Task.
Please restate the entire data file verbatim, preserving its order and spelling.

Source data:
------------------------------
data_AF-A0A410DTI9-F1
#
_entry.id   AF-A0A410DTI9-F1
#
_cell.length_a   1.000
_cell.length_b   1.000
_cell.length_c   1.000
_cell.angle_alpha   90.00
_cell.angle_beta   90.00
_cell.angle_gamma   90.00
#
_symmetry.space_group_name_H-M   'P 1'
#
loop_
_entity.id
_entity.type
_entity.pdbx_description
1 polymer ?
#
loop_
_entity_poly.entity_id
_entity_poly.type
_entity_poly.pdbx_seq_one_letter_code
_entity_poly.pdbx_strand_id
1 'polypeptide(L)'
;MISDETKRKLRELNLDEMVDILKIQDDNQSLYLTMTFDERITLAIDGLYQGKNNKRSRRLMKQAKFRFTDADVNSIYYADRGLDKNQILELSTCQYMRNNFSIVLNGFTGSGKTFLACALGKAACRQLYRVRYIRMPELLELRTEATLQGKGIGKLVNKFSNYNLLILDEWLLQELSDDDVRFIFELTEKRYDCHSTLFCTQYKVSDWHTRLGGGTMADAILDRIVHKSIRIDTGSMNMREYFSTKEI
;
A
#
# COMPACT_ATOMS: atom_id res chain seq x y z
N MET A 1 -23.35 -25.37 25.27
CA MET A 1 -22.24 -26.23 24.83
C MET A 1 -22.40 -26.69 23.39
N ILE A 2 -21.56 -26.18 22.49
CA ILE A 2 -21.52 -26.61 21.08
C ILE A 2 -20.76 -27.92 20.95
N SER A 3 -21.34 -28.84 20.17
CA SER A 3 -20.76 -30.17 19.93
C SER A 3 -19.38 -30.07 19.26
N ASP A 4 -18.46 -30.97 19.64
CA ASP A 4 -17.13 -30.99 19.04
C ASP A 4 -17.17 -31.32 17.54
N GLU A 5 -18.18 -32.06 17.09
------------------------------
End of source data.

data_AF-A0A410DTI9-F1
#
_entry.id   AF-A0A410DTI9-F1
#
_cell.length_a   1.000
_cell.length_b   1.000
_cell.length_c   1.000
_cell.angle_alpha   90.00
_cell.angle_beta   90.00
_cell.angle_gamma   90.00
#
_symmetry.space_group_name_H-M   'P 1'
#
loop_
_entity.id
_entity.type
_entity.pdbx_description
1 polymer ?
#
loop_
_entity_poly.entity_id
_entity_poly.type
_entity_poly.pdbx_seq_one_letter_code
_entity_poly.pdbx_strand_id
1 'polypeptide(L)'
;MISDETKRKLRELNLDEMVDILKIQDDNQSLYLTMTFDERITLAIDGLYQGKNNKRSRRLMKQAKFRFTDADVNSIYYADRGLDKNQILELSTCQYMRNNFSIVLNGFTGSGKTFLACALGKAACRQLYRVRYIRMPELLELRTEATLQGKGIGKLVNKFSNYNLLILDEWLLQELSDDDVRFIFELTEKRYDCHSTLFCTQYKVSDWHTRLGGGTMADAILDRIVHKSIRIDTGSMNMREYFSTKEI
;
A
#
# COMPACT_ATOMS: atom_id res chain seq x y z
N MET A 1 -23.35 -25.37 25.27
CA MET A 1 -22.24 -26.23 24.83
C MET A 1 -22.40 -26.69 23.39
N ILE A 2 -21.56 -26.18 22.49
CA ILE A 2 -21.52 -26.61 21.08
C ILE A 2 -20.76 -27.92 20.95
N SER A 3 -21.34 -28.84 20.17
CA SER A 3 -20.76 -30.17 19.93
C SER A 3 -19.38 -30.07 19.26
N ASP A 4 -18.46 -30.97 19.64
CA ASP A 4 -17.13 -30.99 19.04
C ASP A 4 -17.17 -31.32 17.54
N GLU A 5 -18.18 -32.06 17.09